Joe Gracey Passes Away; Vince Gill Returns to the Troubadour; Tiny Desk Goat Rodeo

Juli Thanki | November 18th, 2011

  • Joe Gracey, an important figure in the Austin music scene, passed away this week after a battle with cancer.
  • Chris Willman wrote a piece (and quoted Blake Boldt) about homosexuality in the country music industry: Whatever stereotypes might exist about country music not being a gay-friendly genre, “the Row” is chock-full of gay people and one of the most accepting businesses in which they could possibly land in the South. If you’ve got the Sundance Channel, tune into show Girls Who Like Boys Who Like Boys to see songwriter Shane Stevens and his pal Sherrie Austin.
  • Bruce Springsteen played “Dancing in the Dark” backstage at a Taylor Swift show, then posed for a photo.
  • There’s a must-read feature on John Prine over at The Huffington Post. An excerpt: Asked if he felt like addressing the cancer through his writing, he said it didn’t quite work like that. “What would I call it? ‘This little cancer of mine, I’m gonna let it shine?’ It just bugs me when people go on TV and say ‘I’ve got cancer,’ but I don’t know … maybe it helps them.”Cancer made him look inward, gave him a long moment to reflect. He remembers how he felt immediately following his successful treatments: “It makes colors brighter, makes everything smell better, everything around you.”
  • Kim Hartnett of NorthJersey.com had a chat with John Cowan. Here’s an excerpt in which Cowan explains newgrass: “Newgrass is a genre of music that was started in the mid-60s by people like The Country Gentlemen and The Osborne Brothers. Basically what they did was they plugged their instruments, which was kind of unheard of; they had electric bass. Traditional bluegrass had always been all acoustic, no electricity, and used an acoustic upright bass. The band I was involved in for so long, the New Grass Revival, we actually took it a step further. We grew up in the 60s, so we were incorporating a lot of the sounds and music that was a part of who we were at that time as young musicians. We basically took songs by Jerry Lee Lewis and Leon Russell in the early days, and Bob Dylan — people like that — and played them in the context of our band.”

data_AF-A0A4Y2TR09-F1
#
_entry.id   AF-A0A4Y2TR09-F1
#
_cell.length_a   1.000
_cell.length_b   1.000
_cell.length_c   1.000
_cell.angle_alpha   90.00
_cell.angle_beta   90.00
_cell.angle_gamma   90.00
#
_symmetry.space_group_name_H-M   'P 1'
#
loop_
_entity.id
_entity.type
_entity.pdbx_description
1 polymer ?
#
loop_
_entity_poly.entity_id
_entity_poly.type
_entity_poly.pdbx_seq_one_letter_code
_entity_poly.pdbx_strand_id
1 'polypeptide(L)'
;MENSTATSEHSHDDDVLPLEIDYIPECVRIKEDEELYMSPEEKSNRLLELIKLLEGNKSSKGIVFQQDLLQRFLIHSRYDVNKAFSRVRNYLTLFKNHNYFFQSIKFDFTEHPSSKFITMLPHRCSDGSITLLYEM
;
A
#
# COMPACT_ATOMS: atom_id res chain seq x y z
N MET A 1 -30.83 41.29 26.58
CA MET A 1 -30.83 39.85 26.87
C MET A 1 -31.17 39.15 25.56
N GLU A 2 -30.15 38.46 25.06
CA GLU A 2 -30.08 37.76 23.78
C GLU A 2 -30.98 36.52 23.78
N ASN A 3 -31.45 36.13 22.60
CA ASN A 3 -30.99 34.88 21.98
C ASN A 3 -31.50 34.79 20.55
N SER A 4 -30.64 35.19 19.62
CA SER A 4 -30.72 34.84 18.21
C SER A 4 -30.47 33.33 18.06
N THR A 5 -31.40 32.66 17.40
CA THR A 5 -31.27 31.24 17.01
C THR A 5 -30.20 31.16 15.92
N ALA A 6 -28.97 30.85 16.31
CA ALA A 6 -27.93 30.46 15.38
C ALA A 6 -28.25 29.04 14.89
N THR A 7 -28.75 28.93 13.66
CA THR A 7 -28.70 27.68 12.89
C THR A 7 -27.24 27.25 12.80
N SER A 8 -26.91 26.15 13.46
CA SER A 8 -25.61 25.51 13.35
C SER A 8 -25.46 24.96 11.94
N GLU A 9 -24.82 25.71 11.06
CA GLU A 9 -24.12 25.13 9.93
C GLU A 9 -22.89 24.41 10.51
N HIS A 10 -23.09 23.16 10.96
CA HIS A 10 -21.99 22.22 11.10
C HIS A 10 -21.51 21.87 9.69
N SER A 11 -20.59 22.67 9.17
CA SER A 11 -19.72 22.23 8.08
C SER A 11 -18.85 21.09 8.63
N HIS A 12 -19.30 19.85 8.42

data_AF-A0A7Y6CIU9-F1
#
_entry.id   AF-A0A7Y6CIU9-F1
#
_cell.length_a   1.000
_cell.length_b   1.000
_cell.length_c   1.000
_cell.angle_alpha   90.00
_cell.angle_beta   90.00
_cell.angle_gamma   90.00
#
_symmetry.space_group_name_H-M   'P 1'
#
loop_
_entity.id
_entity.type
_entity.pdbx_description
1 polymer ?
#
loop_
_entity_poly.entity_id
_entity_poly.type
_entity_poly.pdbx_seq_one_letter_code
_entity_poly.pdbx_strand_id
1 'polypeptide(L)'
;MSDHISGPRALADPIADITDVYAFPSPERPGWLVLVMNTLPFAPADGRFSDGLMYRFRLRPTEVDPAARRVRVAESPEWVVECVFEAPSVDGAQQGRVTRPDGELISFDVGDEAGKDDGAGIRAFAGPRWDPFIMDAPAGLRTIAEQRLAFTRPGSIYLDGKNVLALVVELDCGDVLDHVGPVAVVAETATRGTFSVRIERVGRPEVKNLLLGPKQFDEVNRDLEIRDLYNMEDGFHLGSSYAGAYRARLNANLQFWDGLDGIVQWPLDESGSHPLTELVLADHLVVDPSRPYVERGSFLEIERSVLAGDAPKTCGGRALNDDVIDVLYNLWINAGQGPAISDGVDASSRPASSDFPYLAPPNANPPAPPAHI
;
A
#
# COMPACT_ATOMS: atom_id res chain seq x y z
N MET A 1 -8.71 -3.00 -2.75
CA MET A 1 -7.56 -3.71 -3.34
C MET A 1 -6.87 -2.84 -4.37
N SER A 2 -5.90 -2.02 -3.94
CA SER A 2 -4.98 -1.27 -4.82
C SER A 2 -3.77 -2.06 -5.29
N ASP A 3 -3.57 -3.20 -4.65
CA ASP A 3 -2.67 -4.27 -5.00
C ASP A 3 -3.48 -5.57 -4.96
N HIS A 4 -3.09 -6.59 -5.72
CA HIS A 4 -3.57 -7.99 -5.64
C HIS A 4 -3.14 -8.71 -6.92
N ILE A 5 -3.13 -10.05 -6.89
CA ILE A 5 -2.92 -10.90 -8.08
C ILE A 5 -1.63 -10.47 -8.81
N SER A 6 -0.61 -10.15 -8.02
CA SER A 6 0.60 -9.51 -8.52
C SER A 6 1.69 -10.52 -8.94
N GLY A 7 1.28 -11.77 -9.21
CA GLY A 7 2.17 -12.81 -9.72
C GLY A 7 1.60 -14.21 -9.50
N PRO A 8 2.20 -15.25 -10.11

1. Barry Mazor
    November 18, 2011 at 1:34 pm

    There;s another good piece on my old friend Joe Gracey, filling in some more of the background to the story, here:

    http://blogs.houstonpress.com/rocks/2011/11/rip_joe_gracey_one_of_a_kind.php

  2. Jeremy Dylan
    November 20, 2011 at 10:26 pm

    Take a look at that Springsteen photo and realise that there are forty years between him and Swift, yet he looks at most, in his late forties.

    I hope I get to age in Boss years too.

  3. Jeremy Dylan
    November 20, 2011 at 10:27 pm

    That Huffingpost Article mentions this article by the great Roger Ebert, the first published review of John Prine. Well worth a read: http://blogs.suntimes.com/ebert/music/john-prine-an-american-legend.html

  4. Livewire
    November 21, 2011 at 6:48 am

    It was very sad news about Joe Gracey and I love Kimmie Rhodes albums. Managed to get the track “Rich From The Journey” played twice on BBC Radio 2 and wrote to Joe about it.
    Photo I took at the Luminaire in London, England Joe is right of stage taken 11 April 2008

    http://a1.ec-images.myspacecdn.com/images01/99/fc2e03a2218075730e0f1c2f8e5f9718/l.jpg

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